Fittingly enough this history, which commenced with the Crimean War, brings us to the days of the Great War, when once again the national demand is “Munitions and still more munitions,” but in far greater quantities than ever conceived possible in 1855.
Only with the passing of time will it be possible to obtain a full perspective of all the events now taking place. Suffice it to say that with the declaration of war, in August 1914, the B.S.A. Factories entered on a period of tremendous activity. Day and night, week-days and Sundays, without cessation, munitions were produced in quantities which even surprised the management. Being immediately forthcoming, the value of this aid can scarcely be overestimated; for it materially assisted our army to “keep up its wicket” in the early days of the War against an enemy of unprecedented strength and organization…
From the early days of the B.S.A., when Birmingham gun-makers co-operated to give their services to their Country in its hour of need, the products of the Company have steadily grown in popularity. However keen the competition, one high standard of quality is rigidly maintained, and on this policy is based the long record of success comprised in B.S.A. History.
– BSA History Booklet, 1914
BSA was formed – during the Crimean War – to provide arms for the British Government. With the declaration of War in 1914, the BSA factory was again turned over to full-time war production. The company already manufactured a military pattern folding bicycle. This machine is not a military model. But wartime civilian bicycles – in particular top-of-the-range three speed models with all-black finish such as this – were favoured by officers. Upon enlistment, they could buy such a bicycle direct from the manufacturer, if necessary by hire purchase.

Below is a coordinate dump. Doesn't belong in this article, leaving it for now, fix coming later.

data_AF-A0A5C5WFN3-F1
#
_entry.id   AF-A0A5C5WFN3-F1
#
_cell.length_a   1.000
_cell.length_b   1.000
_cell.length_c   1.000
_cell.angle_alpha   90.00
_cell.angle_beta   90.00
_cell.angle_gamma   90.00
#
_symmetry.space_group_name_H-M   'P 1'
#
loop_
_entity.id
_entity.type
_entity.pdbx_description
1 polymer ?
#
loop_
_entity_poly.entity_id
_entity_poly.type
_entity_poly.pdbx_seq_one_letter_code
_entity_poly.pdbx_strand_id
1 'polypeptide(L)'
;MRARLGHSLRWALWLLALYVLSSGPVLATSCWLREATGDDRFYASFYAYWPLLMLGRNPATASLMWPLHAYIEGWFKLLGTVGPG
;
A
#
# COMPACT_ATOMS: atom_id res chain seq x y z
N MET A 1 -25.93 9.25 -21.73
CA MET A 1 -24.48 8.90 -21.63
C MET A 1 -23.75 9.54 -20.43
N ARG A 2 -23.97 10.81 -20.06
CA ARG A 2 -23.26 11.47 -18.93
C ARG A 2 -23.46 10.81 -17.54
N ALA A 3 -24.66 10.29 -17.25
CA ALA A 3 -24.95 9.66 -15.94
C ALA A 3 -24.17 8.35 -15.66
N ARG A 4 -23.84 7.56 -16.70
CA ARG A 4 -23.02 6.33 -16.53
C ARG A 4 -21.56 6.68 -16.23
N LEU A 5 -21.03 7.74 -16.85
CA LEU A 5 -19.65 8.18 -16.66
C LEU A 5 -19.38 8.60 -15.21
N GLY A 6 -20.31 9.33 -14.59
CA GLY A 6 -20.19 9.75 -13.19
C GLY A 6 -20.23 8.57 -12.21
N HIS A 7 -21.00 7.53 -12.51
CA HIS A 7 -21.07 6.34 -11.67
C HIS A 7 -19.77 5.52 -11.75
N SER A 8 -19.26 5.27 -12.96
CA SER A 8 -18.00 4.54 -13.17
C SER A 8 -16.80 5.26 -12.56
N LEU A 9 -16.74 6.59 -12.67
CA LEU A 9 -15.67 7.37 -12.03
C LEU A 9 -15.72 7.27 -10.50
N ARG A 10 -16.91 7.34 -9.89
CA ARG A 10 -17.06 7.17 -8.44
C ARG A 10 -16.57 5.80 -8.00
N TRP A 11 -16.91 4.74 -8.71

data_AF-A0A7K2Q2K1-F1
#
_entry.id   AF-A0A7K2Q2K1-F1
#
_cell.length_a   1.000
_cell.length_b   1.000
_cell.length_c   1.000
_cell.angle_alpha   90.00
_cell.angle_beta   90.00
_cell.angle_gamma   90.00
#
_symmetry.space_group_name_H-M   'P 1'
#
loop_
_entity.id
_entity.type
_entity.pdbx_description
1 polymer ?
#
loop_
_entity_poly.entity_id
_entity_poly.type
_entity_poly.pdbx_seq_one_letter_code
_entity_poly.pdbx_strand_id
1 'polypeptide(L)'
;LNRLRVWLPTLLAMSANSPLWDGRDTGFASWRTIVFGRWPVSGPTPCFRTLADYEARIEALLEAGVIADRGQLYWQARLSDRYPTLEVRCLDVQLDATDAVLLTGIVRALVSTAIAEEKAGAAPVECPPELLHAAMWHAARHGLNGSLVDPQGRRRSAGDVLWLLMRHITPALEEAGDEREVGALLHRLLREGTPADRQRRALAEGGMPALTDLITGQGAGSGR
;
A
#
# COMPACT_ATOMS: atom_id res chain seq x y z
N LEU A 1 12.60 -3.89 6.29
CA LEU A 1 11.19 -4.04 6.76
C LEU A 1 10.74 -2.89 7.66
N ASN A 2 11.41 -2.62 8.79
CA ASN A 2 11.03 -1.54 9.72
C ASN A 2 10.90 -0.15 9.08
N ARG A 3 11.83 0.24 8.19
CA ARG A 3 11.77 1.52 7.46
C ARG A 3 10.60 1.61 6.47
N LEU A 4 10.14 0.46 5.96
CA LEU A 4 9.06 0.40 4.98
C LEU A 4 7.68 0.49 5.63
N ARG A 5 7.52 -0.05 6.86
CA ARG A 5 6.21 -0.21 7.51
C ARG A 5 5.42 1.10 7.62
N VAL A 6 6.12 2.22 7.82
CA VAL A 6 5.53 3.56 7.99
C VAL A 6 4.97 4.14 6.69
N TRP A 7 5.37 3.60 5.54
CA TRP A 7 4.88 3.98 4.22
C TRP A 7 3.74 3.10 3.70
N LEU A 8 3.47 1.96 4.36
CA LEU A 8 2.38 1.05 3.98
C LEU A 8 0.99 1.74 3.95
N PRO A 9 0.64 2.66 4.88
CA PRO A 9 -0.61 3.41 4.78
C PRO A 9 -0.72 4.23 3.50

1914 BSA All-Weather Model 14D
Special Order 28″ Frame
BSA Three-Speed Gears
The only 28″ frame model featured in the BSA catalogue was the BSA Constabulary Bicycle. Otherwise a 27″ frame model was the tallest option offered. However, the catalogue was only a guide, and a customer could request whatever specification they needed. A BSA All-Weather with a 28″ frame was thus built by the company, to special order. It’s interesting that the company used up old-stock mudguards: as you can see, the front mudguard has no forward extension. The first complete BSA bicycles marketed by the company in 1910 did not have a forward extension, and the company no doubt had surplus; with the War now under way, old stock was used up wherever possible.
This handsome machine was owned until recently by my long-legged friend John. I first saw it five years ago and asked him to let me know if he ever decided to sell it. He recently moved from a house to a flat, so I became the owner of his two BSA’s. This All-Weather was his regular daily rider and it’s in excellent condition and ready to see service for another 100 years.
The paintwork has been touched up over the years. The BSA transfer (decal) on the front is new, but the one on the chain case is original. All the BSA-fitted components – hubs, pedals, brakes, wheels etc etc – are original to the machine. The All-Weather has recently been serviced and is ready to ride.
1914 BSA CATALOGUE